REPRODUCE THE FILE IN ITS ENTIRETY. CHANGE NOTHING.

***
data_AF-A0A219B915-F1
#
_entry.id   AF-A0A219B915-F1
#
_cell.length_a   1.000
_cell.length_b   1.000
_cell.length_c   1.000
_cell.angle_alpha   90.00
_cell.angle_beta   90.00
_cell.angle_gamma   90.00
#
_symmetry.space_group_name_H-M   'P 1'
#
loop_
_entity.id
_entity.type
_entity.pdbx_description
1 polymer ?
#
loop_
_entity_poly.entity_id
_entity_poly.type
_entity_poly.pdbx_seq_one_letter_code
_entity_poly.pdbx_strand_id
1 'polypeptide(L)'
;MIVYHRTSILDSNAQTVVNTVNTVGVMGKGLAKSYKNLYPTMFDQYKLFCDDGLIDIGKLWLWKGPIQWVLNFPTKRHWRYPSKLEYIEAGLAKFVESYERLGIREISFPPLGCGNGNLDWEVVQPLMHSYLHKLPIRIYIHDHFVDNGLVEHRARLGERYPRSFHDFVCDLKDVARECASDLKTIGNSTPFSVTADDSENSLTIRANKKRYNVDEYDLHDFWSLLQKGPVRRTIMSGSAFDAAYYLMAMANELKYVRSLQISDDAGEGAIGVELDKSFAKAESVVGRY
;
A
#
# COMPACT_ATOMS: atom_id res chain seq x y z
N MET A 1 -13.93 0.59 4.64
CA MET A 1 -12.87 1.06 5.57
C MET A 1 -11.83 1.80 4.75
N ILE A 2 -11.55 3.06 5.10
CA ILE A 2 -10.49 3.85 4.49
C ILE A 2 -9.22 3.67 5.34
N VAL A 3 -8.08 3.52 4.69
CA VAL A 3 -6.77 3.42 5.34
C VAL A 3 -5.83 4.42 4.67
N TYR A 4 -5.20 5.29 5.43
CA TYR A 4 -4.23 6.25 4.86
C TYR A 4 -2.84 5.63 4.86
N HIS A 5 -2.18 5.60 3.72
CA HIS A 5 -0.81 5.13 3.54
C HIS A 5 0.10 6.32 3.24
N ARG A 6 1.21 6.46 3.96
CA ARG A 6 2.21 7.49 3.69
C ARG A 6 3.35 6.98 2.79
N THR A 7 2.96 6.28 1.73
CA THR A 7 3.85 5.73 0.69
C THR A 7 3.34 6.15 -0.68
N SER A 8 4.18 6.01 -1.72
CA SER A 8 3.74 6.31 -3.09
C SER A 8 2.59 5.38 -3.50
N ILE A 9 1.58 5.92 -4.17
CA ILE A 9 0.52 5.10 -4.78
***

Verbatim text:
data_AF-A0A219B915-F1
#
_entry.id   AF-A0A219B915-F1
#
_cell.length_a   1.000
_cell.length_b   1.000
_cell.length_c   1.000
_cell.angle_alpha   90.00
_cell.angle_beta   90.00
_cell.angle_gamma   90.00
#
_symmetry.space_group_name_H-M   'P 1'
#
loop_
_entity.id
_entity.type
_entity.pdbx_description
1 polymer ?
#
loop_
_entity_poly.entity_id
_entity_poly.type
_entity_poly.pdbx_seq_one_letter_code
_entity_poly.pdbx_strand_id
1 'polypeptide(L)'
;MIVYHRTSILDSNAQTVVNTVNTVGVMGKGLAKSYKNLYPTMFDQYKLFCDDGLIDIGKLWLWKGPIQWVLNFPTKRHWRYPSKLEYIEAGLAKFVESYERLGIREISFPPLGCGNGNLDWEVVQPLMHSYLHKLPIRIYIHDHFVDNGLVEHRARLGERYPRSFHDFVCDLKDVARECASDLKTIGNSTPFSVTADDSENSLTIRANKKRYNVDEYDLHDFWSLLQKGPVRRTIMSGSAFDAAYYLMAMANELKYVRSLQISDDAGEGAIGVELDKSFAKAESVVGRY
;
A
#
# COMPACT_ATOMS: atom_id res chain seq x y z
N MET A 1 -13.93 0.59 4.64
CA MET A 1 -12.87 1.06 5.57
C MET A 1 -11.83 1.80 4.75
N ILE A 2 -11.55 3.06 5.10
CA ILE A 2 -10.49 3.85 4.49
C ILE A 2 -9.22 3.67 5.34
N VAL A 3 -8.08 3.52 4.69
CA VAL A 3 -6.77 3.42 5.34
C VAL A 3 -5.83 4.42 4.67
N TYR A 4 -5.20 5.29 5.43
CA TYR A 4 -4.23 6.25 4.86
C TYR A 4 -2.84 5.63 4.86
N HIS A 5 -2.18 5.60 3.72
CA HIS A 5 -0.81 5.13 3.54
C HIS A 5 0.10 6.32 3.24
N ARG A 6 1.21 6.46 3.96
CA ARG A 6 2.21 7.49 3.69
C ARG A 6 3.35 6.98 2.79
N THR A 7 2.96 6.28 1.73
CA THR A 7 3.85 5.73 0.69
C THR A 7 3.34 6.15 -0.68
N SER A 8 4.18 6.01 -1.72
CA SER A 8 3.74 6.31 -3.09
C SER A 8 2.59 5.38 -3.50
N ILE A 9 1.58 5.92 -4.17
CA ILE A 9 0.52 5.10 -4.78